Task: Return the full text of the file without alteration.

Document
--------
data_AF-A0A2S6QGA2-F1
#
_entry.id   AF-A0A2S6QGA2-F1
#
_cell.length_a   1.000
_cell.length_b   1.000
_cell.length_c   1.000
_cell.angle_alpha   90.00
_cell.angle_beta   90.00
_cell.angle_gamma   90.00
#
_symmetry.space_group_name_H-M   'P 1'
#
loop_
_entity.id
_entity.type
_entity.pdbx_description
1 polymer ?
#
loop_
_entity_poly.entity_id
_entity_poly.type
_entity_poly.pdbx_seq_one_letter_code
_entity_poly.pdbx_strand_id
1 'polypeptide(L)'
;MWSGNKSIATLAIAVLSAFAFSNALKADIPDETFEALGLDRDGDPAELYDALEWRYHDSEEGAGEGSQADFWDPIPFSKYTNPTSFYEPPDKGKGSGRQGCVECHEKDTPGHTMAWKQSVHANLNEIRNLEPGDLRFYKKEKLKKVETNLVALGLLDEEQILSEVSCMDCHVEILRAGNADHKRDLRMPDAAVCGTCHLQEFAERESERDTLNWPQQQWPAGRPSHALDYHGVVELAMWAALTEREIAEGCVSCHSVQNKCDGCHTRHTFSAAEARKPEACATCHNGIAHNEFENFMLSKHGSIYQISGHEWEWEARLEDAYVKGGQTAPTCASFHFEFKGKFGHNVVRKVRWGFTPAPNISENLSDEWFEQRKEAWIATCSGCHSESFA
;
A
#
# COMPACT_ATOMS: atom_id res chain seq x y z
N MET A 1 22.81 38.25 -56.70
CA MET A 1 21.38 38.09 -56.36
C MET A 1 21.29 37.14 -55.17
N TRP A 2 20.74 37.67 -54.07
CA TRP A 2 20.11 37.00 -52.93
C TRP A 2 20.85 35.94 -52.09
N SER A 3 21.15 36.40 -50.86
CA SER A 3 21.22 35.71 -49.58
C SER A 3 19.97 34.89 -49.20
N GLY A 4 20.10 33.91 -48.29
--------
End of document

data_AF-A0A2S6QGA2-F1
#
_entry.id   AF-A0A2S6QGA2-F1
#
_cell.length_a   1.000
_cell.length_b   1.000
_cell.length_c   1.000
_cell.angle_alpha   90.00
_cell.angle_beta   90.00
_cell.angle_gamma   90.00
#
_symmetry.space_group_name_H-M   'P 1'
#
loop_
_entity.id
_entity.type
_entity.pdbx_description
1 polymer ?
#
loop_
_entity_poly.entity_id
_entity_poly.type
_entity_poly.pdbx_seq_one_letter_code
_entity_poly.pdbx_strand_id
1 'polypeptide(L)'
;MWSGNKSIATLAIAVLSAFAFSNALKADIPDETFEALGLDRDGDPAELYDALEWRYHDSEEGAGEGSQADFWDPIPFSKYTNPTSFYEPPDKGKGSGRQGCVECHEKDTPGHTMAWKQSVHANLNEIRNLEPGDLRFYKKEKLKKVETNLVALGLLDEEQILSEVSCMDCHVEILRAGNADHKRDLRMPDAAVCGTCHLQEFAERESERDTLNWPQQQWPAGRPSHALDYHGVVELAMWAALTEREIAEGCVSCHSVQNKCDGCHTRHTFSAAEARKPEACATCHNGIAHNEFENFMLSKHGSIYQISGHEWEWEARLEDAYVKGGQTAPTCASFHFEFKGKFGHNVVRKVRWGFTPAPNISENLSDEWFEQRKEAWIATCSGCHSESFA
;
A
#
# COMPACT_ATOMS: atom_id res chain seq x y z
N MET A 1 22.81 38.25 -56.70
CA MET A 1 21.38 38.09 -56.36
C MET A 1 21.29 37.14 -55.17
N TRP A 2 20.74 37.67 -54.07
CA TRP A 2 20.11 37.00 -52.93
C TRP A 2 20.85 35.94 -52.09
N SER A 3 21.15 36.40 -50.86
CA SER A 3 21.22 35.71 -49.58
C SER A 3 19.97 34.89 -49.20
N GLY A 4 20.10 33.91 -48.29